Hayward city officials are disappointed the state approved the reopening of the Calpine Russell City Energy Center before the results are known from an investigation into the cause of a May 27 explosion and fire at the facility.

City officials said the explosion sent “chunks of hot metal” flying hundreds of feet, ignited a fire and led to the evacuation of nearby residents. Seven weeks later, the California Energy Commission approved the application Thursday from Calpine Corporation to resume operations at the plant.

In a news release in response to that decision, city officials said it comes before the results are available from parallel investigations by the company and the state agency.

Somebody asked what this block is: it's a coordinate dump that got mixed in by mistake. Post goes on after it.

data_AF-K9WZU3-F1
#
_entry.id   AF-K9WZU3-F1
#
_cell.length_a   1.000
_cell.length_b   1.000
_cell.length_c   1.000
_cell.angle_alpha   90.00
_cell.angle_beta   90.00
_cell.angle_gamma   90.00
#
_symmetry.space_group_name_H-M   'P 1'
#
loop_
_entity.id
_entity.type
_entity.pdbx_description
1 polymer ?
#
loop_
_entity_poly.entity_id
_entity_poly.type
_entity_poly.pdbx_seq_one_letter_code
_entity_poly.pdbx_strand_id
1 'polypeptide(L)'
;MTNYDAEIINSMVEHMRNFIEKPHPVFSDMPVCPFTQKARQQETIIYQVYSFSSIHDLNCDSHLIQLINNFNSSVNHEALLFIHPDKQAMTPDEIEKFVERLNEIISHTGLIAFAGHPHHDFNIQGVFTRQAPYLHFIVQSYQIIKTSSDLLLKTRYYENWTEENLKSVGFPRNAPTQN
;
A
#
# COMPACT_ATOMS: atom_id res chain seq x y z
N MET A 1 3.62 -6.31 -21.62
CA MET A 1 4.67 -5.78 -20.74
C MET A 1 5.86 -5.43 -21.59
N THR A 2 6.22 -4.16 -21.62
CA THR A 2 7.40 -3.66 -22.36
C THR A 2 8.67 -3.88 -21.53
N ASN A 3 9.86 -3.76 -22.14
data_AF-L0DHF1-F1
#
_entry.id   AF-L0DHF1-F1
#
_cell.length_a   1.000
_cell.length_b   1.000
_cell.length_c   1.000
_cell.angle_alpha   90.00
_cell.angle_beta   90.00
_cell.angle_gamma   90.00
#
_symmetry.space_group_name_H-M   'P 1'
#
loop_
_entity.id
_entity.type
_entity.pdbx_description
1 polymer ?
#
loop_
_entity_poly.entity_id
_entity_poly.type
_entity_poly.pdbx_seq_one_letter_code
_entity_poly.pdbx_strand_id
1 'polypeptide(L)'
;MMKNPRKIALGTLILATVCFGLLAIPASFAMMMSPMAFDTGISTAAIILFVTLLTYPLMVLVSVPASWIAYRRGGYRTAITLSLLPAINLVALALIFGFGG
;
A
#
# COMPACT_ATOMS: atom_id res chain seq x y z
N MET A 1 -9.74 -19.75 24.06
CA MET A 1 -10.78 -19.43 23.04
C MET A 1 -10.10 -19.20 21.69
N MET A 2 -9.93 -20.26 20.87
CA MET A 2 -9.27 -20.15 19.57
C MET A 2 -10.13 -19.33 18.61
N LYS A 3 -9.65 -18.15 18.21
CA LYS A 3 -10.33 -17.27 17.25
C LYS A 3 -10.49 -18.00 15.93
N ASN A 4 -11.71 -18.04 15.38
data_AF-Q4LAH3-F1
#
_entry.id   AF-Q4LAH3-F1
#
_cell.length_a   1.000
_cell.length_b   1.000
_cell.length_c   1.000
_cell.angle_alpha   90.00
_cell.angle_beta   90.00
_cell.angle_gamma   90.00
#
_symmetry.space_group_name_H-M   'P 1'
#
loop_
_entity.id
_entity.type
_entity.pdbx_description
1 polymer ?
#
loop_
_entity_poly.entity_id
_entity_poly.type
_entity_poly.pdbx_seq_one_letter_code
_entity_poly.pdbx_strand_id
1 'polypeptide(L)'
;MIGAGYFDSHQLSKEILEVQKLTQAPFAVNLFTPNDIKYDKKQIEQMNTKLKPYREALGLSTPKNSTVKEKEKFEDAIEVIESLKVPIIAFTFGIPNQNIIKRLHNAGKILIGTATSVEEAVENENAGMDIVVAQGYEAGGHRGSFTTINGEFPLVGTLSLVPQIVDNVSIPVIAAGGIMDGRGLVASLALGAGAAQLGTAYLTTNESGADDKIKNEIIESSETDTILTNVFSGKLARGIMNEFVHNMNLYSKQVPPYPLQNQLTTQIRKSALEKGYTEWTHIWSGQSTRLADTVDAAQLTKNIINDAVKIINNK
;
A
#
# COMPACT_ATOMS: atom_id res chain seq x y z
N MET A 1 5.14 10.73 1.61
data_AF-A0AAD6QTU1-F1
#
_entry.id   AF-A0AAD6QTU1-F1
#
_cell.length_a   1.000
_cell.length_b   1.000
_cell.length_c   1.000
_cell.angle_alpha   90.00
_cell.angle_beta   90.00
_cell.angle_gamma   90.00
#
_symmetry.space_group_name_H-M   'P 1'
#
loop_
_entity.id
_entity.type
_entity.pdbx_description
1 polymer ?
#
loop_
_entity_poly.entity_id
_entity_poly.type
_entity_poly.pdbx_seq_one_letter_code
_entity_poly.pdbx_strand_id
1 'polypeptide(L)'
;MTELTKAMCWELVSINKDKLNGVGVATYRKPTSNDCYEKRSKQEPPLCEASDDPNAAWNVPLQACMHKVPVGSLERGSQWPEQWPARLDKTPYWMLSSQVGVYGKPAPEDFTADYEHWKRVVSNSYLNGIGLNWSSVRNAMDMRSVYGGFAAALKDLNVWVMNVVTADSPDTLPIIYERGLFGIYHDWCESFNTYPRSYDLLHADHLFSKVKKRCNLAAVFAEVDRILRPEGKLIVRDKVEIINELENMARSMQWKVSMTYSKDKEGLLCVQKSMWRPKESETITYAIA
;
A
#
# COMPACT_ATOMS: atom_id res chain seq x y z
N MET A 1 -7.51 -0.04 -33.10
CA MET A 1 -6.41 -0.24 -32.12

The city opposes the reopening until a public review is conducted about the safety risks and potential environmental and health impacts.

The Hayward City Council planned to discuss the issue at its regular meeting this week.

City officials said the commission did acknowledge in its decision the need for greater oversight of plant operations as well as more openness and cooperation with the city and it fire department. That did not go far enough for Hayward Mayor Barbara Halliday.

“At the same time, our objections to restarting the plant are unchanged, and we are very disappointed with the decision,” she said.

According to the city news release, “In approving of the restart before investigation results are known, CEC commissioners and staff members said they are confident the plant could be run safely at reduced capacity and that the facility is needed to maintain the reliability of the state’s electrical power grid.”

The plant opened in August of 2013 and generates electricity from natural gas. City officials said it is generally relied upon during periods of peak demand when temperatures are highest.